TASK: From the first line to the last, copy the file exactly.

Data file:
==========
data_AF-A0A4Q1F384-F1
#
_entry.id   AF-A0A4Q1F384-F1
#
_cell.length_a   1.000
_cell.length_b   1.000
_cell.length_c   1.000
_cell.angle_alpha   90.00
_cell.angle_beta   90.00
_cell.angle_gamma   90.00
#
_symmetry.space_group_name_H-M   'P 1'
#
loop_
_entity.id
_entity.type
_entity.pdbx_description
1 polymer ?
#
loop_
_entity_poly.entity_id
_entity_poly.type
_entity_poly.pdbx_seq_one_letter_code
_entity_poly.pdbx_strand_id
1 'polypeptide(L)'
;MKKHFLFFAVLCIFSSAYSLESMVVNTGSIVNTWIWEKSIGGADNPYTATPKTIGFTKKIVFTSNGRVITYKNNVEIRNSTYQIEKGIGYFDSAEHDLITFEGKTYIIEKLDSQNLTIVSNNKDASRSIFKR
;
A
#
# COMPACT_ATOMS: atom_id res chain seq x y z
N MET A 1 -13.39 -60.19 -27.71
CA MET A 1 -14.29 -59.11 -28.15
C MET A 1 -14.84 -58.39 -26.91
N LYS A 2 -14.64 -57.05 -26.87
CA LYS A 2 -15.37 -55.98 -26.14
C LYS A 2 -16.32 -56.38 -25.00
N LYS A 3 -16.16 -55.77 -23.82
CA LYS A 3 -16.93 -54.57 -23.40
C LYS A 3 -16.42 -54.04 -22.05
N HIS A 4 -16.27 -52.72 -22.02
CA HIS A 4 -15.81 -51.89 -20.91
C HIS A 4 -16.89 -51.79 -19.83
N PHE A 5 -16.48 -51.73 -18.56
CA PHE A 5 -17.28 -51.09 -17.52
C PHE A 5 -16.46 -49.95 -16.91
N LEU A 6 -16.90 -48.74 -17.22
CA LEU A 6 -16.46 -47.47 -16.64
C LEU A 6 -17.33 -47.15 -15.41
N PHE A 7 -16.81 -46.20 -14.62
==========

data_AF-A0A4Q1F384-F1
#
_entry.id   AF-A0A4Q1F384-F1
#
_cell.length_a   1.000
_cell.length_b   1.000
_cell.length_c   1.000
_cell.angle_alpha   90.00
_cell.angle_beta   90.00
_cell.angle_gamma   90.00
#
_symmetry.space_group_name_H-M   'P 1'
#
loop_
_entity.id
_entity.type
_entity.pdbx_description
1 polymer ?
#
loop_
_entity_poly.entity_id
_entity_poly.type
_entity_poly.pdbx_seq_one_letter_code
_entity_poly.pdbx_strand_id
1 'polypeptide(L)'
;MKKHFLFFAVLCIFSSAYSLESMVVNTGSIVNTWIWEKSIGGADNPYTATPKTIGFTKKIVFTSNGRVITYKNNVEIRNSTYQIEKGIGYFDSAEHDLITFEGKTYIIEKLDSQNLTIVSNNKDASRSIFKR
;
A
#
# COMPACT_ATOMS: atom_id res chain seq x y z
N MET A 1 -13.39 -60.19 -27.71
CA MET A 1 -14.29 -59.11 -28.15
C MET A 1 -14.84 -58.39 -26.91
N LYS A 2 -14.64 -57.05 -26.87
CA LYS A 2 -15.37 -55.98 -26.14
C LYS A 2 -16.32 -56.38 -25.00
N LYS A 3 -16.16 -55.77 -23.82
CA LYS A 3 -16.93 -54.57 -23.40
C LYS A 3 -16.42 -54.04 -22.05
N HIS A 4 -16.27 -52.72 -22.02
CA HIS A 4 -15.81 -51.89 -20.91
C HIS A 4 -16.89 -51.79 -19.83
N PHE A 5 -16.48 -51.73 -18.56
CA PHE A 5 -17.28 -51.09 -17.52
C PHE A 5 -16.46 -49.95 -16.91
N LEU A 6 -16.90 -48.74 -17.22
CA LEU A 6 -16.46 -47.47 -16.64
C LEU A 6 -17.33 -47.15 -15.41
N PHE A 7 -16.81 -46.20 -14.62